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A winter wonderland for Vaisala’s MD30 sensor

First publishedon www.WorldHighways.com
Month November 2019
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Vaisala's MD30 sensor on snowplough duty

Accurately measuring road network conditions in real time requires rugged and durable mobile sensor technology, writes Rose Parisi*

Monitoring road conditions is critical to performing efficient and effective maintenance that reduces risks posed by hazardous driving conditions. This is most critical during winter.

Road weather information systems (RWIS) help support road maintenance decision-making through the measurement of atmosphere and pavement conditions. However, due to the static location and sparse dispersal of many information systems along road networks, they can’t provide the entire picture of road conditions during a storm.

Mobile sensor technology attached to maintenance vehicles has been deployed to fill the gaps in RWIS data. Together, mobile or vehicle-installed sensors and RWIS networks provide denser and higher quality road condition data than either system can supply on its own.

Vehicle-mounted mobile sensors can enhance the observation of environmental and road conditions from any type of vehicle. These sensors must be rugged enough to deliver robust, accurate and reliable data from the demanding environment of a the vehicles, such as snowplows, especially during a storm. However, enabling vehicle-mounted mobile sensors to communicate accurate and reliable data is not simple, given the chances of water ingress, the challenge of keeping sensors clean in the field during a storm and the constant and often significant vibration from a scraping plough blade.

Vaisala worked with several municipalities and departments of transportation that were eager to assist in assessing the effectiveness of an innovative mobile sensor designed specifically for snowplows, Vaisala’s MD30.

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Instant data readout inside the vehicle cab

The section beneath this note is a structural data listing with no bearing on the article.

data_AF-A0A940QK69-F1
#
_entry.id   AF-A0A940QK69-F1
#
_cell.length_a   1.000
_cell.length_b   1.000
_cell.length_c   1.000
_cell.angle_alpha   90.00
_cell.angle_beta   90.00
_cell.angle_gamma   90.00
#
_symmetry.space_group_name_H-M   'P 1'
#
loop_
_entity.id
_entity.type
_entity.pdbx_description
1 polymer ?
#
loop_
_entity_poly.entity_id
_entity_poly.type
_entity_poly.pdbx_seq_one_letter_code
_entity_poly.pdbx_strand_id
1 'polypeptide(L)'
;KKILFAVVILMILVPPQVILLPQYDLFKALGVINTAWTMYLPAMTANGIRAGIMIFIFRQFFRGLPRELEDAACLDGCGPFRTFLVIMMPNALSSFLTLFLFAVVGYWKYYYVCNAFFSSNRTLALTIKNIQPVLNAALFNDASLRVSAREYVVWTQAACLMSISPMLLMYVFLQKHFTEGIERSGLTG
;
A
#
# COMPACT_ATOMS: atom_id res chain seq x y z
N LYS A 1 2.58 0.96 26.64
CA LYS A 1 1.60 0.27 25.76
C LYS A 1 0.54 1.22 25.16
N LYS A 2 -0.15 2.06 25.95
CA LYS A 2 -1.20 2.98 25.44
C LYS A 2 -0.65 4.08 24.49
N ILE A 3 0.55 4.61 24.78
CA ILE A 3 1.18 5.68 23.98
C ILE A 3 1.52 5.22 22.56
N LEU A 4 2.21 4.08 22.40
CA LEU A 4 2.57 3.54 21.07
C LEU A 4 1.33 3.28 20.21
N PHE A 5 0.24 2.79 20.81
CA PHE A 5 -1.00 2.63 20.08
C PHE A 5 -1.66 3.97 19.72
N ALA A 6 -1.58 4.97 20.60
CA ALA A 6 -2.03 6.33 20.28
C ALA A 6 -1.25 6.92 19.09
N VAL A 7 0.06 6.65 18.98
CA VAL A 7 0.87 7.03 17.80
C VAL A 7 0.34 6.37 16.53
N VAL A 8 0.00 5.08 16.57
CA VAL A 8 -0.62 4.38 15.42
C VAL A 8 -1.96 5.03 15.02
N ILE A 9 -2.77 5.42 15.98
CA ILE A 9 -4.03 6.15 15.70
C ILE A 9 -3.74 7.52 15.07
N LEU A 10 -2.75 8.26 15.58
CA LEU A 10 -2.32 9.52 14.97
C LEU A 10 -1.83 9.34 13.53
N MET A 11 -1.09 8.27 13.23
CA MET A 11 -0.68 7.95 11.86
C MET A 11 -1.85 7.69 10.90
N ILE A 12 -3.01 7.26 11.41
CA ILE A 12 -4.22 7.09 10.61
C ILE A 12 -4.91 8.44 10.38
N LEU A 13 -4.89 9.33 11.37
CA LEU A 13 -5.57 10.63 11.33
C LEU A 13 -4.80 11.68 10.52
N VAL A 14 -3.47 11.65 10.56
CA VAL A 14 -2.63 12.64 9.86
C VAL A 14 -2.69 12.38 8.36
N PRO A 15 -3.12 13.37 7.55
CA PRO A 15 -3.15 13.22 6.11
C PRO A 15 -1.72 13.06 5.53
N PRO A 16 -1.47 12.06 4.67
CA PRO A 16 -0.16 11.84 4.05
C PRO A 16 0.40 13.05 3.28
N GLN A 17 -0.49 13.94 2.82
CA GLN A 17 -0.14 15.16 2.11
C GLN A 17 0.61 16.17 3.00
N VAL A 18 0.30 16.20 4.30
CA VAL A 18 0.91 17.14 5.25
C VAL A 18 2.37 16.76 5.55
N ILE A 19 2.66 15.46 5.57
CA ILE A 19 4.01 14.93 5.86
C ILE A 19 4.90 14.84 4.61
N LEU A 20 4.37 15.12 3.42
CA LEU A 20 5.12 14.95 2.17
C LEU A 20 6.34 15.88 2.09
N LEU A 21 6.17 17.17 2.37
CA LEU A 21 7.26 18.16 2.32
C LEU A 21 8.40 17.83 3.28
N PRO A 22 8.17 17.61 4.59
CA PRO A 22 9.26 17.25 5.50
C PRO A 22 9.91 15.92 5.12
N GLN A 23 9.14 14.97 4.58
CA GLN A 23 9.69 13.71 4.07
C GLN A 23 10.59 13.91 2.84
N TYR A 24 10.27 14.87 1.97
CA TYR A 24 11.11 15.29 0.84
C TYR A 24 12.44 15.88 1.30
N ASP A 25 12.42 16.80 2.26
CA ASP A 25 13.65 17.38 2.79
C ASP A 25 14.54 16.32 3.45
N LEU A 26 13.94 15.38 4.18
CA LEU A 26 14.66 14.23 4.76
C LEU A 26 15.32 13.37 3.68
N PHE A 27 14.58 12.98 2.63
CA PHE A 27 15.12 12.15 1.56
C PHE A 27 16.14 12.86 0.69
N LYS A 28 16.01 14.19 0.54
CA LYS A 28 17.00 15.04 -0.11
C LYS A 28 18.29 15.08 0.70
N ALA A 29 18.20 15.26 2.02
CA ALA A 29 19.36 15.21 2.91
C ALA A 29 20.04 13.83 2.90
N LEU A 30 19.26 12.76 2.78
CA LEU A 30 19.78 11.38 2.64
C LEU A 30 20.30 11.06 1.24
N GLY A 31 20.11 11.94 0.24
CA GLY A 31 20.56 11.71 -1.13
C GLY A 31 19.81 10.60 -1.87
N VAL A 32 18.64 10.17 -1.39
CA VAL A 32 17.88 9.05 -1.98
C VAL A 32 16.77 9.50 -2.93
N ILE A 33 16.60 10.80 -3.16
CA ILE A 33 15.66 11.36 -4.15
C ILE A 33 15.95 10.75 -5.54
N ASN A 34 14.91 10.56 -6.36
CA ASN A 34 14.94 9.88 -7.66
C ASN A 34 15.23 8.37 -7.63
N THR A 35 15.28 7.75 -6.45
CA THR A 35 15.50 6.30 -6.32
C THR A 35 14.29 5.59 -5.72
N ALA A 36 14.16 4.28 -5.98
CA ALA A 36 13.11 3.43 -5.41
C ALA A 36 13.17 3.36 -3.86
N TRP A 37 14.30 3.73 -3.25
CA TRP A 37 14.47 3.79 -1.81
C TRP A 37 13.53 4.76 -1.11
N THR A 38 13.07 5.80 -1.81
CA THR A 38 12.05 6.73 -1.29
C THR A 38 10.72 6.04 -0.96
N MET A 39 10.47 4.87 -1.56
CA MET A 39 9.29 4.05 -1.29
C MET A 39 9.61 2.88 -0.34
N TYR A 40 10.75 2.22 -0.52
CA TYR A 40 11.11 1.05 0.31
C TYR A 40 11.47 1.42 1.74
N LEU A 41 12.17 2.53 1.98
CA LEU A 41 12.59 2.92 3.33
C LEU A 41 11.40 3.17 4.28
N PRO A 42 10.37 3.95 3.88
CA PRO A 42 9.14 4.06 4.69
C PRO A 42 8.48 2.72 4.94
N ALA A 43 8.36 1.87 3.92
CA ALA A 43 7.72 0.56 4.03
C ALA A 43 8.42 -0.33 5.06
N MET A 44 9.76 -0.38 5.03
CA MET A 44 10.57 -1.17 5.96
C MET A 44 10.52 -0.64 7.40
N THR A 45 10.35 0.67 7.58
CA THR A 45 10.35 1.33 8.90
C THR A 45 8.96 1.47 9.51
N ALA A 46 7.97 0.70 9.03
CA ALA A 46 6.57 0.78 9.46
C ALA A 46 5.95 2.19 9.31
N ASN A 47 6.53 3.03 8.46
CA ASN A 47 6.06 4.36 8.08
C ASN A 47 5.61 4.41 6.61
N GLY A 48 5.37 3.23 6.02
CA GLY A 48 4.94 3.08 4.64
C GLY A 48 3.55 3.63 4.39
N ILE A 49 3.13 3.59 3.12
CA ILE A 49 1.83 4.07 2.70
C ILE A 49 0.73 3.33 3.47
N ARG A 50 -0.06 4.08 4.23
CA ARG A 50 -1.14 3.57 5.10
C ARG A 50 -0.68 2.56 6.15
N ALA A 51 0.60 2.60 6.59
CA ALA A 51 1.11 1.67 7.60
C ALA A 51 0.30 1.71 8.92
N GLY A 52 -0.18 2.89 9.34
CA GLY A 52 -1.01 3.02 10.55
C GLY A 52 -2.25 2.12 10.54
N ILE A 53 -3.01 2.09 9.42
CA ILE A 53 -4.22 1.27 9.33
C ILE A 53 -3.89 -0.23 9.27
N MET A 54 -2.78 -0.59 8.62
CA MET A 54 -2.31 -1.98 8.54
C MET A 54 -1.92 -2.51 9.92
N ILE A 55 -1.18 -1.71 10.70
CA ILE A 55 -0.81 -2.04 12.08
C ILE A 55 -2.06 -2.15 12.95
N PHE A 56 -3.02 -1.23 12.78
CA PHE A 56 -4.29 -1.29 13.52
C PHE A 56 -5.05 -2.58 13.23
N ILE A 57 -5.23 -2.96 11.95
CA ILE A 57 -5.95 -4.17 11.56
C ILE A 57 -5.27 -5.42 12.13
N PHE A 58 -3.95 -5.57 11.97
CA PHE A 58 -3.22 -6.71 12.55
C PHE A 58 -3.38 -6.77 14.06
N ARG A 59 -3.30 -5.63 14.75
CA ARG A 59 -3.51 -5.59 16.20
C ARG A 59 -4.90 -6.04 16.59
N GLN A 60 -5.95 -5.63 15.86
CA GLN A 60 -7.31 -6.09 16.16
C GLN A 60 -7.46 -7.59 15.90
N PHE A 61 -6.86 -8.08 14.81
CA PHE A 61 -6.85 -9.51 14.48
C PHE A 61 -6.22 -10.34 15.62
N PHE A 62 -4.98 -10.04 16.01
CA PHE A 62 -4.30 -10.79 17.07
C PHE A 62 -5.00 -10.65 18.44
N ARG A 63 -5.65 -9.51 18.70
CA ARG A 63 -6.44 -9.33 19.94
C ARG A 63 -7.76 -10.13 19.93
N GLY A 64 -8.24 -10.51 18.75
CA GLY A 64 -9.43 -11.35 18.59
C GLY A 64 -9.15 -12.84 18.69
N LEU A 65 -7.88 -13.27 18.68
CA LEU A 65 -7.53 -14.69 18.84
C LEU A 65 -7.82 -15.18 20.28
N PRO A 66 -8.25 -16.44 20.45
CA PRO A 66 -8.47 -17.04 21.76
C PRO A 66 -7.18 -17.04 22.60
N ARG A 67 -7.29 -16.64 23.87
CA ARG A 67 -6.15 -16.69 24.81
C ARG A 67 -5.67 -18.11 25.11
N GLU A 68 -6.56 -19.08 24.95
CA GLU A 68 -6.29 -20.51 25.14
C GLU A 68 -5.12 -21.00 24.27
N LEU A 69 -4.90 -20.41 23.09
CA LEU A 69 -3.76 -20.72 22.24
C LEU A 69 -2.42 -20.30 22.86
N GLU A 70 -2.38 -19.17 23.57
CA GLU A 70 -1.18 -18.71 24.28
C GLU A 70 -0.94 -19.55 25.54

Through a durable design and a patent-pending protective hood, the MD30 mobile sensor endures the harsh elements of a snowplow environment, withstanding heavy vibration, preventing water from entering the sensor and protecting its lens from snow and road spray. The device is designed specifically for snowplows to accurately collect and transmit data on road surface state such as grip, friction and surface temperature along a route.

The MD30 sensor’s compact size enables easy installation on any vehicle with many placement options. With 6,000 hours tested during the 2018-2019 winter season in nine countries, including the US, all of the MD30s worked seamlessly on snowplows.

As an example, the US state of Colorado’s department of transportation found mobile sensors helped to reduce unnecessary salt usage, leading to significant savings. Over three statewide snowstorms in 2017, the department reported reducing solid material usage by 21% and liquid material by 56% on a small selection of roads. In this test region, these reductions resulted in US$180,000 material cost savings. CDOT projected that when such mobile sensors are implemented statewide, it will save over a million dollars annually.

Mobile sensors have been proven to fill gaps between fixed sensors, providing agencies with a more accurate picture of road surface conditions and how the road reacts to remediation efforts.

Rose Parisi is North America application manager for measurements and process controls manufacturer Vaisala, based in Helsinki, Finland.

Companies in this article

Vaisala
www.Vaisala.com
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